why dogs bar=k is an interesting question with lots of answers

Why Do Dogs Bark (and How You Can Help)

‘Why do dogs bark?’ is something every frustrated dog parent has asked themselves at some point.

Especially if your dog goes on looong monologues that fill the passage or the street with dog vowels. Even more so if you’ve discovered an angry note in your letterbox about your dog’s not-so-neighbourly vocalisations.

Reasons why dogs bark

Dogs have various reasons for making a lot of noise. Most of the time, a burst of noise is a warning of strangers or other dogs approaching, a welcome home hello, a request to not leave them or an invitation to play.  

Usually, it ceases as soon as the stimulus does. But when the barking goes on and on, ask yourself these questions:

Q: Exercise?

Could it be a lack of exercise? Dogs need daily exercise and if they don’t get it, they can become frustrated and may have something to say about it. On loop.

The answer is to get out and about with doggie more often. A tired dog is usually a quiet dog, after all.

Not prepared for walkies? Here’s a DIY dog walking kit to help you find your way.

Q: Stimulation?

Could all the dog barking be due to lack of stimulation? Boredom is a big problem, especially with solo dogs left alone at home.

Are they lacking in toys to play with while you’re not there? Treats to find hidden in various places around the yard? Are you playing with them enough when you’re at home?

If you think lack of stimulation is a reason why your dog barks and you don’t have enough time to spend with them then maybe you could take them to doggy daycare regularly? Or even every now and then. You could also look into playdates with someone who’s happy to take them – even better if they have a dog too.

Q: Anxiety?

Why do dogs bark? Hmmm… Could it be separation anxiety? If you work or are out a lot while your dog stays home, this could be causing some emotional discomfort that they try to address verbally.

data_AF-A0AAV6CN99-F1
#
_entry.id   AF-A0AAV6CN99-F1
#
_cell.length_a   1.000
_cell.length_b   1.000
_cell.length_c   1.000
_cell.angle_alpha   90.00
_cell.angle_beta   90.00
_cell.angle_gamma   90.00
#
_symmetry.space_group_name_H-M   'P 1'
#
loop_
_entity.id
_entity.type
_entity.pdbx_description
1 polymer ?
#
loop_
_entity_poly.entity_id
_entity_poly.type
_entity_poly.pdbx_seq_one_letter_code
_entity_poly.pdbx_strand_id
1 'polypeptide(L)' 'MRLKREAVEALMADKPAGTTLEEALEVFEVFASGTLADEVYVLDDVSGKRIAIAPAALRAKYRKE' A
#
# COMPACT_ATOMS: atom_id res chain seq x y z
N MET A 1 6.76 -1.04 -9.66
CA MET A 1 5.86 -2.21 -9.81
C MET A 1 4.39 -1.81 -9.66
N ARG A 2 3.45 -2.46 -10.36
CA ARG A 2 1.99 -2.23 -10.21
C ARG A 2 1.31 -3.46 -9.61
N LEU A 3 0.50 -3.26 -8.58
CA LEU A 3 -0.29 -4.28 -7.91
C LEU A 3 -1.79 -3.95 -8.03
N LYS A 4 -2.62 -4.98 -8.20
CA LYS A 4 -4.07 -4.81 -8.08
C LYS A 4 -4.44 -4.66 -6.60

If it’s a new puppy, it could still be adjusting to your home. Then when you disappear for an extended time without warning, the puppy might feel abandoned. In puppy minds, 10 minutes can feel like an abandonment.

One trick is to spend more quality time together more often. Not possible? Perhaps consider adding another dog to the pack. Regardless, research your options – more tips and tricks are here in our article about separation anxiety in pets.

Q: Illness or injury?

When you’re wondering why dogs bark, wonder if it could be a medical complaint. An illness, injury, chronic pain, insect bites and even neurological disorders can cause incessant barking. Senior dogs can get quite vocal if they’re going senile.

A vet can verify if there’s a medical cause for the complaint. And your dog insurance can help ensure the treatment costs are covered.

More help for your barking dog

You can see there are plenty of reasons behind a dog barking, and ways to help your pup if they’re barking a lot. A couple of other do’s and don’ts are:

Don’t: Shout at a dog barking a lot. It will confuse them, and the negative energy will only contribute to their unhappiness.

Do: Teach them ‘quiet,’ quietly.

“When your dog is barking,” suggests PetMD, “say ‘quiet’ in a calm, firm voice. Wait until he stops barking, even if it’s just to take a breath, then praise him and give him a treat. Just be careful to never reward him while he’s barking.”

Don’t: Wait for someone to call the cops on your monologuing canine.

Do: Address it ASAP. Dogs may derive pleasure from vocalising, and if this behaviour is allowed, it could develop into direct aggression. You wouldn’t want your dog barking wildly in the face of a four year old child, would you?

If you aren’t sure of the causes or you don’t know what to do, and you’ve verified that it isn’t medical, an animal behaviourist can be a huge help.

There are plenty of dog trainers and behaviouralists across New Zealand – a few dollars spent now with a professional could mean years of peace for you and your neighbours.

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